Engineers can then invest their energy into requirements that are failing the test and get the project back on track quickly.
Leveraging the right tools for success
Requirements engineering is critical to the success of a project because it tells everyone involved with the project what needs to be done. The more accurate the requirements, the easier it is for the project manager to schedule development tasks, for example. A requirements management software tool can greatly support successful RE, as it enables more efficient and optimized product and system development.
This type of tool can provide:
- Clarity and visibility. Gain broader visibility into what you’re building and why.
- Live traceability. Ensure product quality and improve change management with complete traceability.
- Decision tracking and fast reviews. Conduct virtual reviews of requirements, test cases, user needs and more.
- Real-time collaboration. Immediately note and prioritize important decisions, pull in the required stakeholders and reference historical context to eliminate communication errors.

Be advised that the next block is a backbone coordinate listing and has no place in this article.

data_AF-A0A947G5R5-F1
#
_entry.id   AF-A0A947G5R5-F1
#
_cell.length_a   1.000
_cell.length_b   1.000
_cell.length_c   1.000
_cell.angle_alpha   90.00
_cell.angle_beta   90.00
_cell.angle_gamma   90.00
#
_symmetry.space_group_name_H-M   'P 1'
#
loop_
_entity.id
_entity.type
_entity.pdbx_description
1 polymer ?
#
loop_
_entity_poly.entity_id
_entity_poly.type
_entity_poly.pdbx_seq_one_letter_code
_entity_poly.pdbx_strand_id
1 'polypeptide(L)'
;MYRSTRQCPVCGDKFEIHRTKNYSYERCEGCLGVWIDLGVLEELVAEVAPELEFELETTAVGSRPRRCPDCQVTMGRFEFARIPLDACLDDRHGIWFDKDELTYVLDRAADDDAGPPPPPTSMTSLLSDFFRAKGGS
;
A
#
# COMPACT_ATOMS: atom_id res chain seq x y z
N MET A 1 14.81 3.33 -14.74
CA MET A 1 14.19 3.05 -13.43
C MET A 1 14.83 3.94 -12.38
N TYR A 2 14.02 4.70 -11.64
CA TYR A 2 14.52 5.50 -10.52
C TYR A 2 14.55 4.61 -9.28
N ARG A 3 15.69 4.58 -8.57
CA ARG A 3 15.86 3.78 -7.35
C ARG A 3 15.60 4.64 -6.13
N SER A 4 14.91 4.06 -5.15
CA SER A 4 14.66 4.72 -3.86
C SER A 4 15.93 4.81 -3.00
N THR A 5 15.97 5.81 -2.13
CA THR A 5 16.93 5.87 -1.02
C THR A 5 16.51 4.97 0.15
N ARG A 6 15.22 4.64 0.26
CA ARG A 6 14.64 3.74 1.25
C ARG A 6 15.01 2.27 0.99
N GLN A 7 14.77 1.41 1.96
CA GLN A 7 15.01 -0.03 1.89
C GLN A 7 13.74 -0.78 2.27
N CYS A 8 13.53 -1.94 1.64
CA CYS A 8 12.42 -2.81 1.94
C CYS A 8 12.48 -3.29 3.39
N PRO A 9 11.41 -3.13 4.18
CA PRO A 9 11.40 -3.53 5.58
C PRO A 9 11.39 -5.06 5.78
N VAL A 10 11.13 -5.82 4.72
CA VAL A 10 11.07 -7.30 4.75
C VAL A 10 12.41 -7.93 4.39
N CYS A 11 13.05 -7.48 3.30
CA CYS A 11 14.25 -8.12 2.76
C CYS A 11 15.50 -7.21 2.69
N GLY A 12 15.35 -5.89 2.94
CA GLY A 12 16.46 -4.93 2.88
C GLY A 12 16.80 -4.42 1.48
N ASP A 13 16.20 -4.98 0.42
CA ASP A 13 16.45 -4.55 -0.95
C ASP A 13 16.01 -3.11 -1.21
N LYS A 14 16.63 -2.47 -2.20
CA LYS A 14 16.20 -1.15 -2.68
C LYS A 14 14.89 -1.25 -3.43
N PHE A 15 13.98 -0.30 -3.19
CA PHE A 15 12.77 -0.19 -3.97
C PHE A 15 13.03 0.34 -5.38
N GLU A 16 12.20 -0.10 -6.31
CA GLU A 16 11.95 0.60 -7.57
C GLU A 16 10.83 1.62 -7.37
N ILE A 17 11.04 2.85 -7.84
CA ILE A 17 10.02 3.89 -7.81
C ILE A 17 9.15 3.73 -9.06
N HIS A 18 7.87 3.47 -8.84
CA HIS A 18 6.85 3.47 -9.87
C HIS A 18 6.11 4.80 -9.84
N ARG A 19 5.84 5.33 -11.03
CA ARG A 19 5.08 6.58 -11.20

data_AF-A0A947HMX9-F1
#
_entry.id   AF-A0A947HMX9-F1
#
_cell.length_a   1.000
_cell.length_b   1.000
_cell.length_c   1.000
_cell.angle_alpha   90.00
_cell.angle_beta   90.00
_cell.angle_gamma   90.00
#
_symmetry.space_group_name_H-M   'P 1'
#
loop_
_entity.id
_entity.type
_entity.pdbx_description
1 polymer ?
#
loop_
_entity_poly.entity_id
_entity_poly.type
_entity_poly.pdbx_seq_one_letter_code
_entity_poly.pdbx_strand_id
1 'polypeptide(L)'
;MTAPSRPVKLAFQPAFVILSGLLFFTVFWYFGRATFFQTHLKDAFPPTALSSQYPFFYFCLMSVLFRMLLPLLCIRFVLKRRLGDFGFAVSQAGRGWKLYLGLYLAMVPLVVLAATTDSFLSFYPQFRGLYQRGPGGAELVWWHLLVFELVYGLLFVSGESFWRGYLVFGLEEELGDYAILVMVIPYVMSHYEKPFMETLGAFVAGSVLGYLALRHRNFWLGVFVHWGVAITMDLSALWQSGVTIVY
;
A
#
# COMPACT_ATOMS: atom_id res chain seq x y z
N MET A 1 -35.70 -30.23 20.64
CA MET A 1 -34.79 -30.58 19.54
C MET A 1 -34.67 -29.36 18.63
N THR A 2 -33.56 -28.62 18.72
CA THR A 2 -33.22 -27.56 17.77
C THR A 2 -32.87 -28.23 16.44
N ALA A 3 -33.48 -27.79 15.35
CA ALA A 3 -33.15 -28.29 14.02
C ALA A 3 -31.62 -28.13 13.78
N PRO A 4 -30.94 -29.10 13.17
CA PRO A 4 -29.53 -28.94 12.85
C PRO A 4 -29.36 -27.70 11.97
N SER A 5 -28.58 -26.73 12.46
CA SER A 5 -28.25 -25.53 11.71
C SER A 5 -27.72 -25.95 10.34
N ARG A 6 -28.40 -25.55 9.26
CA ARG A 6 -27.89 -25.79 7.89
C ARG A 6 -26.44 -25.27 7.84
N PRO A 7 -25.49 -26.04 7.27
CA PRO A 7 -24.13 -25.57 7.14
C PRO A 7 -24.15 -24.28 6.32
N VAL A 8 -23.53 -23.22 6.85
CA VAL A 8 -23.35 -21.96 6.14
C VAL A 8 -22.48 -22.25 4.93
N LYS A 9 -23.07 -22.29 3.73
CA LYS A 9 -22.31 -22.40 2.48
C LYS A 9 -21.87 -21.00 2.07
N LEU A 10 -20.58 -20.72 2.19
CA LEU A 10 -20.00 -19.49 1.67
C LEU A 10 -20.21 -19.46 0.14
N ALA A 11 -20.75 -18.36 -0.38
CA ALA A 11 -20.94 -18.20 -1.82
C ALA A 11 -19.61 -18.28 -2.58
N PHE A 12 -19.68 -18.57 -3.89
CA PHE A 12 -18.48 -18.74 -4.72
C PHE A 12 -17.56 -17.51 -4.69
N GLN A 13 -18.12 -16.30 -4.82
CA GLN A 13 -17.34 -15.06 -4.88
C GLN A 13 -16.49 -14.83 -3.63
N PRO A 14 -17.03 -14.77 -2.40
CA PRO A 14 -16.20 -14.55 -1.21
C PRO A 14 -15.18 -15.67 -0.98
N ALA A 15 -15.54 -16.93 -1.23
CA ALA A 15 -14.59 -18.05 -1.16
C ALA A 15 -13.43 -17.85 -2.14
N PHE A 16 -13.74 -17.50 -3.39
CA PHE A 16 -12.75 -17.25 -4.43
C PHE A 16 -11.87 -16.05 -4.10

The right tool can help you transform RM as you easily track, review, sign-off and truly understand how and why you did certain things. As a result, you can streamline your product development process and increase efficiency, understand and respond to change, and establish a higher level of clarity and visibility.
See how Jama Connect can help with requirements engineering by downloading our solution overview.
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Learn More About the Impact of Poor Requirements Management
Requirements Engineering ensures that the problem a client wants solved is clearly defined and the solution is both accurate and effective. Essentially, RE transforms a real-world problem into a clear specification for a highly functional solution.